Reporting on Clay County and St Johns County

One of our visitors (DC) left a description of what happened in Clay County. Keep those reports coming. On a somewhat more somber note, rumors have it that “some folks may have been receiving threats and personal attacks”.

Such attacks and threats are not only illegal but also very counter productive. I hope that those people reading PT can focus on the scientific vacuity of Intelligent Design, the fact that many ID proponents agree that ID does not provide an alternative theory and the fact that many of these people seem to be confused by the meaning of such terminologies as theory and fact. Educate not alienate…

DC wrote:

The Clay County School Board just approved a modified form of the resolution by a vote of 5-0. 22 of the 27 speakers at the meeting opposed the resolution and they covered pretty much all the bases. Some were quite eloquent, including several retired pastors. The five supporters said nothing we hadn’t heard before although the word dogma and its variants showed up a lot when referring to Darwinism. Two (Including a teacher at my own school. Sigh.) emphasized teaching all the “facts” and letting students decide. I was surprised that the local churches didn’t try to pack the meeting room until someone pointed out that this didn’t start to get publicity until after last Sunday’s services.

The resolution that passed had two, maybe three significant wording changes made. In paragraph two, the word “fact” at the end of the last line was changed to “theory.” The new line reads, “…direct the Florida Department of Education to revise the new Sunshine State Standards for Science so that evolution is clarified as a theory.” The last paragraph was also modified so that the last phrase reads, “…revise the new Sunshine State Standards for Science such that evolution is designated as a theory.” I think they also voted to change the word “concept” in the standard to theory (nobody on the board was too sure of what the difference was, the lawyer for the board wouldn’t say anything without first looking it up in a dictionary, and nobody wanted to ask the two actual standards writers in the audience what the difference might mean.) It was all reminiscent of Bacon’s tale of the monks trying to figure out how many teeth a horse has with none of them willing to just look in its mouth and count. I’m pretty sure they made the change but it was getting late. One of the board members said we wouldn’t have spent two hours discussing the resolution if evolution was a fact.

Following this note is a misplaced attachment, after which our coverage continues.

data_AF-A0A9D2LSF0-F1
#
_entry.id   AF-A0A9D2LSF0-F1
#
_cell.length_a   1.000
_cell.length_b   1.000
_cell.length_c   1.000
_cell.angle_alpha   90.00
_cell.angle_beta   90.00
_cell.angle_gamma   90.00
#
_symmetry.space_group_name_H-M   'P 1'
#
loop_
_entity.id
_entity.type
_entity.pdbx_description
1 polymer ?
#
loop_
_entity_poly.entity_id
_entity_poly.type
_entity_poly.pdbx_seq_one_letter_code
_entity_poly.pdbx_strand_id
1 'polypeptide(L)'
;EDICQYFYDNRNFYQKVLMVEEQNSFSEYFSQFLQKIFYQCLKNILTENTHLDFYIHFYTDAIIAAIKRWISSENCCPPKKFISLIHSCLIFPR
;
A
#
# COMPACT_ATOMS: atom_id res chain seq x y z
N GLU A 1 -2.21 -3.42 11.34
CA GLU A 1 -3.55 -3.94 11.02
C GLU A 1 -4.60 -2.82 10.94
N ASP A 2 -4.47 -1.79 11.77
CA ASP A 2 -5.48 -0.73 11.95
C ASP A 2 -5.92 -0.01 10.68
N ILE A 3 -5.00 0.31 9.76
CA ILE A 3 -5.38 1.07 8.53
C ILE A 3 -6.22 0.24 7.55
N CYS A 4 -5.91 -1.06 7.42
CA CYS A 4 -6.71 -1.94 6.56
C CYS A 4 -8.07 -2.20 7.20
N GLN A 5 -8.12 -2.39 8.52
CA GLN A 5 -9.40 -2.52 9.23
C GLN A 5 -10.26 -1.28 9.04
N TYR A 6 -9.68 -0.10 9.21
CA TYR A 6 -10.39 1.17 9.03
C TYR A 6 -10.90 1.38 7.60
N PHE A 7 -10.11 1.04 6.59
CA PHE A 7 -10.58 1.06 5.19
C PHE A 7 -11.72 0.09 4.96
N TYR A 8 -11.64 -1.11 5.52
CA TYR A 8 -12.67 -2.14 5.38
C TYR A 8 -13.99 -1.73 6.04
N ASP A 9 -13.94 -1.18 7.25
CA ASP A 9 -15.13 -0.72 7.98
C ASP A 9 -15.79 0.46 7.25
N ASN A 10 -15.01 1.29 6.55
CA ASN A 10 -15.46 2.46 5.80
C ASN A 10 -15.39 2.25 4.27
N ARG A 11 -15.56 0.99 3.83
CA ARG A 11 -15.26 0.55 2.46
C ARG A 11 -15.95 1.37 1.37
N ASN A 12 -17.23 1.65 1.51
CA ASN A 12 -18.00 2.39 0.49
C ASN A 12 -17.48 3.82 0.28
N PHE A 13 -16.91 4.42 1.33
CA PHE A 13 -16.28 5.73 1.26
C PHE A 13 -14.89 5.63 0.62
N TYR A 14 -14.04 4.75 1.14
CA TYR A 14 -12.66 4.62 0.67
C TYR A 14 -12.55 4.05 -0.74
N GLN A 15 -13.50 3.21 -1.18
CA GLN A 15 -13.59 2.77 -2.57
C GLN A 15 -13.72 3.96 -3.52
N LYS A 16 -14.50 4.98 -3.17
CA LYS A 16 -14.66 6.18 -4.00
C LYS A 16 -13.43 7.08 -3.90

I wasn’t surprised that the resolution passed but I was dumbfounded when a board member asked about the origins of the resolution, who wrote it and who brought it to the board, and our superintendent, David Owens said he was responsible for, “all of the above.” He said later that he worked with Paula Barton to write and distribute it. A couple of us are working to get a copy of the recording of the meeting (video and audio). Earlier in the meeting Owens said that everybody in the room was obviously passionate about their ideas and beliefs. He asked how many concepts in science changed over the years when the information changed? How did we know evolution wouldn’t do likewise. We shouldn’t be so dogmatic about this.

We should pass this resolution because it reflects our beliefs. Beliefs equals experimental data. No wonder we have such low science scores down here.

The attorney for the board said that the resolution came as close as possible to violating the Kitzmiller decision without actually crossing the line. The board members were, I think, voting on this as a CYA thing and at least three of them said it wouldn’t make a difference with the state BOE anyway. Maybe if we start good science education now we can have more scientifically literate adults on school boards in the future.